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Severe Weather in Texas: 1890s

Severe weather in Texas can be categorized by two factors: loss of life and the cost of damage estimating over $1 million. The following events were included because they caused an extensive amount of destruction and in some cases, fatalities were also a result of the severe weather.

April 28, 1893: Tornado. Cisco, Eastland County; 23 killed, 93 injured; damage $400,000.

Feb. 1895: Freeze/Snow. Coastal Texas. What is probably the greatest heavy-snow anomally in the climatic history of the U.S. resulted from a snowstorm along the Texas coast on the 14th–15th. Houston; Orange; Stafford, Fort Bend County; and Columbus, Colorado County, each reported a snowfall of 20 inches. Galveston had a snowfall of 15.4 inches. Snow fell as far south as the Lower Rio Grande Valley, where Brownsville received 5 inches. The Lower Valley had lows of 22°F the 14th through the 17th, destroying the vegetable crops.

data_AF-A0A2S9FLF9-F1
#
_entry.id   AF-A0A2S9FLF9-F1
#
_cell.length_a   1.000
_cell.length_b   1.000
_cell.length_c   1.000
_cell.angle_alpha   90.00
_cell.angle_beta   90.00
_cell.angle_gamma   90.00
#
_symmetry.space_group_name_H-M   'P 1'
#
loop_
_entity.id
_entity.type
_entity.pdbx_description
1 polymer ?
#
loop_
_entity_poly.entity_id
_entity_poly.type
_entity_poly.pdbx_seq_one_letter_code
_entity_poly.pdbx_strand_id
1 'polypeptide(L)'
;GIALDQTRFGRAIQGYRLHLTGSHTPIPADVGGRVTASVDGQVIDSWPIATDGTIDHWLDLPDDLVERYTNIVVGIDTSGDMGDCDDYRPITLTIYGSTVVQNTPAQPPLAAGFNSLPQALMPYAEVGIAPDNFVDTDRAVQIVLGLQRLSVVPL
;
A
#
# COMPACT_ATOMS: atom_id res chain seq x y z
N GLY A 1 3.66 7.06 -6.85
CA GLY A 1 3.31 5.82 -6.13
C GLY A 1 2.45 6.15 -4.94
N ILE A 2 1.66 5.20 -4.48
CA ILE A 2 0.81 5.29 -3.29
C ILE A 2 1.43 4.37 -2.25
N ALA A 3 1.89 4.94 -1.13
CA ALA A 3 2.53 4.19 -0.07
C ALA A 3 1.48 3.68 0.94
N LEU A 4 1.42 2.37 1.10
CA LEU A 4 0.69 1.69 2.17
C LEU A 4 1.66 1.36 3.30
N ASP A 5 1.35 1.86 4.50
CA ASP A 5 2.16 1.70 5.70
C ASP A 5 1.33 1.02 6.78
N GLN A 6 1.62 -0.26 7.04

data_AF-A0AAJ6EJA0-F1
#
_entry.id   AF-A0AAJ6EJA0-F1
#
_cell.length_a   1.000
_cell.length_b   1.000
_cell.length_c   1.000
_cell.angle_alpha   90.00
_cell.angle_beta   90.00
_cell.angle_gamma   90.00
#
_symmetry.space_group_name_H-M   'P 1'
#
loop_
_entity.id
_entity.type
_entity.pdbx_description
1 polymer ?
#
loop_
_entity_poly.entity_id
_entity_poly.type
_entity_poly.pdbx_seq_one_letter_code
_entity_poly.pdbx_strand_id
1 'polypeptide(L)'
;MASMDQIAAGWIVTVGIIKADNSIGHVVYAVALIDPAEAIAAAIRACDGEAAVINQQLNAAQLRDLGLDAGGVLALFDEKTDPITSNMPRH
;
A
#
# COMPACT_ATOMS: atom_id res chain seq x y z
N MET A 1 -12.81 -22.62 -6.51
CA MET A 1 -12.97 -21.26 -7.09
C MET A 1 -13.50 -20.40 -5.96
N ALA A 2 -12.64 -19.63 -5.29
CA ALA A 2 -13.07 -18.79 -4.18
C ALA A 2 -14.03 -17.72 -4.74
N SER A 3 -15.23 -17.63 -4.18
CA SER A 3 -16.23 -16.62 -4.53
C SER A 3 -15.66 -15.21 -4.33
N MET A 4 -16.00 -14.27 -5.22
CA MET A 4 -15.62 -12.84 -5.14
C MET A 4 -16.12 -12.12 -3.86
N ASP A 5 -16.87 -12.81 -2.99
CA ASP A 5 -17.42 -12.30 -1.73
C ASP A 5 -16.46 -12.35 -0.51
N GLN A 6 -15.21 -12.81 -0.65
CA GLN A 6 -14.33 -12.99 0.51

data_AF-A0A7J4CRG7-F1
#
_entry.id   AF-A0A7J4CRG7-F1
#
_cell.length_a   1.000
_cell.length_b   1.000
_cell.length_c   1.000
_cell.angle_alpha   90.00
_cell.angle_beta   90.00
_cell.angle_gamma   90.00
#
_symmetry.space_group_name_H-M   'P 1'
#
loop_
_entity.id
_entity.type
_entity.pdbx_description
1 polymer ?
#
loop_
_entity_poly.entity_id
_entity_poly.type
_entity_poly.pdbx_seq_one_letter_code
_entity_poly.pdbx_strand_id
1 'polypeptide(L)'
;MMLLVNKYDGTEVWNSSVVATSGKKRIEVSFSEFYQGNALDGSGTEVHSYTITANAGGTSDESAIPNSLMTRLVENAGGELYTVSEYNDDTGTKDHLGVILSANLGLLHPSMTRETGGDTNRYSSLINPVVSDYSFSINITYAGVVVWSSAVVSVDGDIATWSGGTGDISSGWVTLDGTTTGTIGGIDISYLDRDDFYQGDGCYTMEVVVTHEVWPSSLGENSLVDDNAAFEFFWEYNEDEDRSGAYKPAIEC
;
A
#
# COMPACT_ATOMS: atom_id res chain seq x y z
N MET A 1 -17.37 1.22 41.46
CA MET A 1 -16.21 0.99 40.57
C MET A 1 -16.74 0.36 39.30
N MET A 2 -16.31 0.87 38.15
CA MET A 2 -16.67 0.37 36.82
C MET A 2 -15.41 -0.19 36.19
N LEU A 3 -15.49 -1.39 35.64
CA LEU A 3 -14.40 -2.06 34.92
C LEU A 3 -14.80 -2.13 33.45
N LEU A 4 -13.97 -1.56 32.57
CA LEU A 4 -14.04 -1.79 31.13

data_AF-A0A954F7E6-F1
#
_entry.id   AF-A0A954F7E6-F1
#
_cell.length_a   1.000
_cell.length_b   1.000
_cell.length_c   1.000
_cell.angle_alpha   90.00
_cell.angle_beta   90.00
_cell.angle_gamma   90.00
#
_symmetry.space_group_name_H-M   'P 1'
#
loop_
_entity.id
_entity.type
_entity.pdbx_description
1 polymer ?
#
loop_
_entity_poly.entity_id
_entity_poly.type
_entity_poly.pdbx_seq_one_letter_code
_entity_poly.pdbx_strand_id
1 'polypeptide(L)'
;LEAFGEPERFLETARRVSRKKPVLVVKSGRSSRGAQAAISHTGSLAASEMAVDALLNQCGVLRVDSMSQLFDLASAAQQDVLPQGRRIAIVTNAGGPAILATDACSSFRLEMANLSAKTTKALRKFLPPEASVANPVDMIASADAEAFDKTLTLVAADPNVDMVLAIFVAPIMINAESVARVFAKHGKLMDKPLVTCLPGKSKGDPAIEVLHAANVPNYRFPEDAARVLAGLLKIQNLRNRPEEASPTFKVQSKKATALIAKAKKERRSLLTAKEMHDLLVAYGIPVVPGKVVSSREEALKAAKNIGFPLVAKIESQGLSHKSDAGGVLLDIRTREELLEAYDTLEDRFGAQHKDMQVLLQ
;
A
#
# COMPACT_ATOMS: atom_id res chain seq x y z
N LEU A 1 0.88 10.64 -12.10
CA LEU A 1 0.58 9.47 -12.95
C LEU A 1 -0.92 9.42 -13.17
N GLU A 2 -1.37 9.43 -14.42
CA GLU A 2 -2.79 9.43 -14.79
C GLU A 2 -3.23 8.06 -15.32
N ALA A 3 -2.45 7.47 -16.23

May 15, 1896: Tornadoes, Sherman, Grayson County; Justin and Gribble Springs, Denton County; 76 killed; damage $225,000.

Sept. 12, 1897: Hurricane. Many houses in Port Arthur were demolished; 13 killed, damage $150,000.

May 1, 1898: Tornado. Mobeetie, Wheeler County. Four killed, several injured; damage $35,000.

Feb. 11–13, 1899: Freeze. A disastrous cold wave throughout the state. Newspapers described it as the worst freeze ever known in the state. Brownsville’s temperature reach 16°F on the 12th and remained below freezing through the 13th. Much destruction of vegetable crops.

June 27–July 1, 1899: Rainstorm. A storm, centered over the Brazos River watershed, precipitated an average of 17 inches over 7,000 square miles. At Hearne, the gage overflowed at 24 inches; estimated total rainfall was 30 inches. At Turnersville, Coryell County, 33 inches were recorded in three days. This rain caused the worst Brazos River flood on record. Between 30 and 35 lives were lost. Property damage was estimated at $9 million.

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